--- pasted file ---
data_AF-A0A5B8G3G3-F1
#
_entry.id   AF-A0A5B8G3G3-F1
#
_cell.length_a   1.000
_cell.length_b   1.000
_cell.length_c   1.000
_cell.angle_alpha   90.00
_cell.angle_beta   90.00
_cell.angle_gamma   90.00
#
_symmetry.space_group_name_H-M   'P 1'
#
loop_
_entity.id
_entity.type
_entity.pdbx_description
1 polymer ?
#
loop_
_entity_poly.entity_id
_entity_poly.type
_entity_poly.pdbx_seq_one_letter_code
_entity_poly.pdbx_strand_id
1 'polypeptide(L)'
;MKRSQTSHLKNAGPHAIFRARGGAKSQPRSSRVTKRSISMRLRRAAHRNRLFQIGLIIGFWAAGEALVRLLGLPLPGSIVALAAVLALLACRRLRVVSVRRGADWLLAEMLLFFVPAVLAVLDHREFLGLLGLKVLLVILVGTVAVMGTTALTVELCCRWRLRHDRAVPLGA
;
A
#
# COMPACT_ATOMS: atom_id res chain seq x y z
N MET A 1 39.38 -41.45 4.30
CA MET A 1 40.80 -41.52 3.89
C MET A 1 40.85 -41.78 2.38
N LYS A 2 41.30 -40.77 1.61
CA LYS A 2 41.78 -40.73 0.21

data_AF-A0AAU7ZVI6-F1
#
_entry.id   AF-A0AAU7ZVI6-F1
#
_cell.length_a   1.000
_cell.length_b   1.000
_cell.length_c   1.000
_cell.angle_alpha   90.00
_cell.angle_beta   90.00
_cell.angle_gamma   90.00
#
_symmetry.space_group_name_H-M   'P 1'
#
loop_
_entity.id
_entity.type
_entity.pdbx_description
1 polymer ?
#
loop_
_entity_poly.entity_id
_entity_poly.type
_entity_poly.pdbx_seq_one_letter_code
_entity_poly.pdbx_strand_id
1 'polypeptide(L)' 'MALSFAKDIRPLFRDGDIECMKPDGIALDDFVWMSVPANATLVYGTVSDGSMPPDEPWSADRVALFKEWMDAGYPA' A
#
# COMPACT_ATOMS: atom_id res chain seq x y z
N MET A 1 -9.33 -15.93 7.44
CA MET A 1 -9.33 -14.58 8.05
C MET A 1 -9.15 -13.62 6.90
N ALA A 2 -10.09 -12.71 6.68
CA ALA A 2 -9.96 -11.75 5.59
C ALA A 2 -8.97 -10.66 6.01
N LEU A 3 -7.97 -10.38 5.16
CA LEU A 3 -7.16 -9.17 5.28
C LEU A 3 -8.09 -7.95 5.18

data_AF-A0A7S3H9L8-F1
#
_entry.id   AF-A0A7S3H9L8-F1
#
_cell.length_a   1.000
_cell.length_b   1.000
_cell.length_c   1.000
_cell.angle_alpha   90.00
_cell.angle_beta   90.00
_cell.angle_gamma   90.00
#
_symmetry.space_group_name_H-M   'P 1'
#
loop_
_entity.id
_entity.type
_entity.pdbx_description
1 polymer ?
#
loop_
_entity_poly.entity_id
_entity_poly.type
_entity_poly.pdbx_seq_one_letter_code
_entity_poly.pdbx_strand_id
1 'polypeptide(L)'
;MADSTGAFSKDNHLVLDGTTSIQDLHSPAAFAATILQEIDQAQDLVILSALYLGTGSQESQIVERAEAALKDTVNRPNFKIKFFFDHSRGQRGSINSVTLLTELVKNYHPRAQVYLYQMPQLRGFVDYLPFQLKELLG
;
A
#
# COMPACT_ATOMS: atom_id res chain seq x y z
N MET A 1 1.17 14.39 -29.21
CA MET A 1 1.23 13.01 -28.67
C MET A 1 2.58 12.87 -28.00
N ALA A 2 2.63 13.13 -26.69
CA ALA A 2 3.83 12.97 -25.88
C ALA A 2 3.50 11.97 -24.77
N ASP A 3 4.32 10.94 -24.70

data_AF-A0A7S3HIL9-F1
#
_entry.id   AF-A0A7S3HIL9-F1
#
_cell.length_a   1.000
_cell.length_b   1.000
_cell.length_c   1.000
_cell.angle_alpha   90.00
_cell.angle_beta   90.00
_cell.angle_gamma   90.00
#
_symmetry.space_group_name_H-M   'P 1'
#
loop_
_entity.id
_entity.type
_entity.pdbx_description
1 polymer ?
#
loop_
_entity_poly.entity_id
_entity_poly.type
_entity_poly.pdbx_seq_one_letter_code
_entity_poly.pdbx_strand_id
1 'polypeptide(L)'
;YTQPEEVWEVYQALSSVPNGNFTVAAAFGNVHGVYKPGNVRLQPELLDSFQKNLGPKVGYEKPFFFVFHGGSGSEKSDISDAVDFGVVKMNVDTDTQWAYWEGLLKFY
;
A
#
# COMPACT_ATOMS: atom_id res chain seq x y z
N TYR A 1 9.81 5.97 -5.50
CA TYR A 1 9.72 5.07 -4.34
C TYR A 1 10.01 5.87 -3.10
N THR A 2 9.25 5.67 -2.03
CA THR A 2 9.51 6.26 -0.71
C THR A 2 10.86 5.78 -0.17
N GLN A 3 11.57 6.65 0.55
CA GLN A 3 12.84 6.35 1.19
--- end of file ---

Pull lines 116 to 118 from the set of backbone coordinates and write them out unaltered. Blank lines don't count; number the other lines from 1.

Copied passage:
_cell.angle_alpha   90.00
_cell.angle_beta   90.00
_cell.angle_gamma   90.00